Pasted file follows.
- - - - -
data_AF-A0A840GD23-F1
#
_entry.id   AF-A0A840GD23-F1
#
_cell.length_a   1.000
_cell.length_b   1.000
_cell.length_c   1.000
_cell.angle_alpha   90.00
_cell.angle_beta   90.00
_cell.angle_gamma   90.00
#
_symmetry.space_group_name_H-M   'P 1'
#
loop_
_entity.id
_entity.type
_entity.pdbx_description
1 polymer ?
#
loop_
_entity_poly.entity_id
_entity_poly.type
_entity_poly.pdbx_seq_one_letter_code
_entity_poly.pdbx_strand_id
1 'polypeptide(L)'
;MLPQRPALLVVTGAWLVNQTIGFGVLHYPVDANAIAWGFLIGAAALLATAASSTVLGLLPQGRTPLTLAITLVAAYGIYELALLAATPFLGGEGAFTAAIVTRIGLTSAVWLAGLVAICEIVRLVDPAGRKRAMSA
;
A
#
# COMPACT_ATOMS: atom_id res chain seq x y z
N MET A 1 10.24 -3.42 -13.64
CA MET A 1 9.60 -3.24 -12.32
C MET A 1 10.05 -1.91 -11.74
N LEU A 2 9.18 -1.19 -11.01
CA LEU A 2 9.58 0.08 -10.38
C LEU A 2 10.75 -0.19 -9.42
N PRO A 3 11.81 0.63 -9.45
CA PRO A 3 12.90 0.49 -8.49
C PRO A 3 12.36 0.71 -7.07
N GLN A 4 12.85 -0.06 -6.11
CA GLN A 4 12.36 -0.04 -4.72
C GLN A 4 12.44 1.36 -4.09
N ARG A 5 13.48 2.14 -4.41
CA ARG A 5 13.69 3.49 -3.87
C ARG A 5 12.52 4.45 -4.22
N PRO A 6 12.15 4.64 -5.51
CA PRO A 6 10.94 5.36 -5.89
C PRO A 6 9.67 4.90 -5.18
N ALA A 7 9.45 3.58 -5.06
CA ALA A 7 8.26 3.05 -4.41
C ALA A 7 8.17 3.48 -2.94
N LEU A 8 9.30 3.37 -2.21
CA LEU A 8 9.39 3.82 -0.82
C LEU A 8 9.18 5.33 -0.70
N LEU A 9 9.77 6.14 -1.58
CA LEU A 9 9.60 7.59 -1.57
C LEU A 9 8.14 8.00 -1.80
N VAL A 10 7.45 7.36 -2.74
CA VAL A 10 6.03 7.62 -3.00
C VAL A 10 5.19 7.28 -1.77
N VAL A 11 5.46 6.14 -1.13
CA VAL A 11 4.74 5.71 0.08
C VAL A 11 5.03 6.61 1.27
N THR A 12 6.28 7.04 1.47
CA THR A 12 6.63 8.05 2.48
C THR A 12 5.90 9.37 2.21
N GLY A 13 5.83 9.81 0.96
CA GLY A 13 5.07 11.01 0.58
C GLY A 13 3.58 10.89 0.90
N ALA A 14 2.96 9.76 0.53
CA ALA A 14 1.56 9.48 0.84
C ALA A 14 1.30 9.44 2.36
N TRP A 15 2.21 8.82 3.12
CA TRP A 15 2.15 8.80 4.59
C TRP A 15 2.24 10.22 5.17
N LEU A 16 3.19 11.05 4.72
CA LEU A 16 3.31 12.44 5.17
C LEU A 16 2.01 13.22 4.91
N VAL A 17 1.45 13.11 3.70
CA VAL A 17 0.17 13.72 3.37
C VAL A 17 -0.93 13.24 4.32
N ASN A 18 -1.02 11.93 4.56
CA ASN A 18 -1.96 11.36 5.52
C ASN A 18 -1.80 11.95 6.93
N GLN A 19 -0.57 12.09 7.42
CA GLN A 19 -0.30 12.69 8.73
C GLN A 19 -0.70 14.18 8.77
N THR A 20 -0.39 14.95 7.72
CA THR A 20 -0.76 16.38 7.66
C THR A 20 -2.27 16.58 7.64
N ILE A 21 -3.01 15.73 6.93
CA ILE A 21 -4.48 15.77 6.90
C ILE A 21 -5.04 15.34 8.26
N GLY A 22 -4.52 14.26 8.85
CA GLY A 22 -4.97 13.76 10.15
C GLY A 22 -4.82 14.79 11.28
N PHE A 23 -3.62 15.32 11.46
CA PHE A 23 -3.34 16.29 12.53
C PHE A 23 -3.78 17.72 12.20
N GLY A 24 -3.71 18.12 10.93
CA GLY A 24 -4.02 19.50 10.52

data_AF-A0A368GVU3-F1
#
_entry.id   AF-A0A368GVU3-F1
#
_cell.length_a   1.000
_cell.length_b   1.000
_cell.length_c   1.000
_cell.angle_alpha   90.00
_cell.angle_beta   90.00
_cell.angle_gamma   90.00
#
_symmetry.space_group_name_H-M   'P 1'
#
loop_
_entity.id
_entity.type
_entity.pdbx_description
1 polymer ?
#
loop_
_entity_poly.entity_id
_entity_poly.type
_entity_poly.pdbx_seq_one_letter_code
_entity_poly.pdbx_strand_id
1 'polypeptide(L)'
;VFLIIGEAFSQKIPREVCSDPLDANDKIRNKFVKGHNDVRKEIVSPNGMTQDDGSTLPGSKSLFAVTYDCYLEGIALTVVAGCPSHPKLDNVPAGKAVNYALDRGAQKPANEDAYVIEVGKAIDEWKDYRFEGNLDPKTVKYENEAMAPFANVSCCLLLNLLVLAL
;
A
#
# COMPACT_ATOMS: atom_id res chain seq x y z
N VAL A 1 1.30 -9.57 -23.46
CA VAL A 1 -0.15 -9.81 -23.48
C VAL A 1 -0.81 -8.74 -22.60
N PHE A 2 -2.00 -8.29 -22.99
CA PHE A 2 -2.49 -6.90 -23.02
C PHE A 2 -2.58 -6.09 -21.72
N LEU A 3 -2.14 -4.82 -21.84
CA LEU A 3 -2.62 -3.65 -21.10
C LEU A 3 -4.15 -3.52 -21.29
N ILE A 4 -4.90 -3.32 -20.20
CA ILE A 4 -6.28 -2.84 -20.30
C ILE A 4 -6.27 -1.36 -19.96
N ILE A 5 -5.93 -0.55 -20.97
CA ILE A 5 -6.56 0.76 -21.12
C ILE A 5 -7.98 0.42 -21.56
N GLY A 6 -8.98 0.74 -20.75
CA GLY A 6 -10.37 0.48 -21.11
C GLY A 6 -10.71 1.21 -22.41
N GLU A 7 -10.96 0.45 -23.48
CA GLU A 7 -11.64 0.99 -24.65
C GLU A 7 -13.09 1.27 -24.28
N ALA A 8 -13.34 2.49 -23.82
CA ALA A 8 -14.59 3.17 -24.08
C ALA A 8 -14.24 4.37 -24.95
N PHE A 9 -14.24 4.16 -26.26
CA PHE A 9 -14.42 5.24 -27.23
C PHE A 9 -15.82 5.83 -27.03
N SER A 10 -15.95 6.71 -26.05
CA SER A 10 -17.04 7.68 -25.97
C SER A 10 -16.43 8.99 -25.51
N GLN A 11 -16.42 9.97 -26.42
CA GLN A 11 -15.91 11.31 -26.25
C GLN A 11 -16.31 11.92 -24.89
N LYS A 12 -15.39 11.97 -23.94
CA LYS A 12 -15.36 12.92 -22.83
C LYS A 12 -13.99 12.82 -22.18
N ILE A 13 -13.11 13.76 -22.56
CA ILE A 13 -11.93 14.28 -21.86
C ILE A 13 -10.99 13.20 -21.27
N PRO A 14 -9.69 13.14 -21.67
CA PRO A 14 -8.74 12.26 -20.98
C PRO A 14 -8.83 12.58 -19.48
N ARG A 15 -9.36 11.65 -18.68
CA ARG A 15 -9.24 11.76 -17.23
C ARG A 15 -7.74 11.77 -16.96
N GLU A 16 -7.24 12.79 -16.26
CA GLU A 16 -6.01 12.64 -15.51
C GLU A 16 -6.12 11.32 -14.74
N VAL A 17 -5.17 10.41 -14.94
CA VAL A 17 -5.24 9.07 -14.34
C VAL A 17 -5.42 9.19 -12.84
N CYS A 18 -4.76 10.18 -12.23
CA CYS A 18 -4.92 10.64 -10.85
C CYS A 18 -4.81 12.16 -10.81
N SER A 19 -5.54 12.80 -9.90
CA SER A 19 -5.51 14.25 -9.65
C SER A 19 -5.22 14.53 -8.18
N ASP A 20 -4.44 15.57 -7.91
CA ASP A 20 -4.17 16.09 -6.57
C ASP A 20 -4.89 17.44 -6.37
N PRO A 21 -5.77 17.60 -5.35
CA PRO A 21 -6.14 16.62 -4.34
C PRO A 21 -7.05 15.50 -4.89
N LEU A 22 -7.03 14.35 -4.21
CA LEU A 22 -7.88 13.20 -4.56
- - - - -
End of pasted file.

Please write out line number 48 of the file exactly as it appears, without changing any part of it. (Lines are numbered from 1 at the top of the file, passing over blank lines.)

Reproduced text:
C PRO A 6 9.67 4.90 -5.18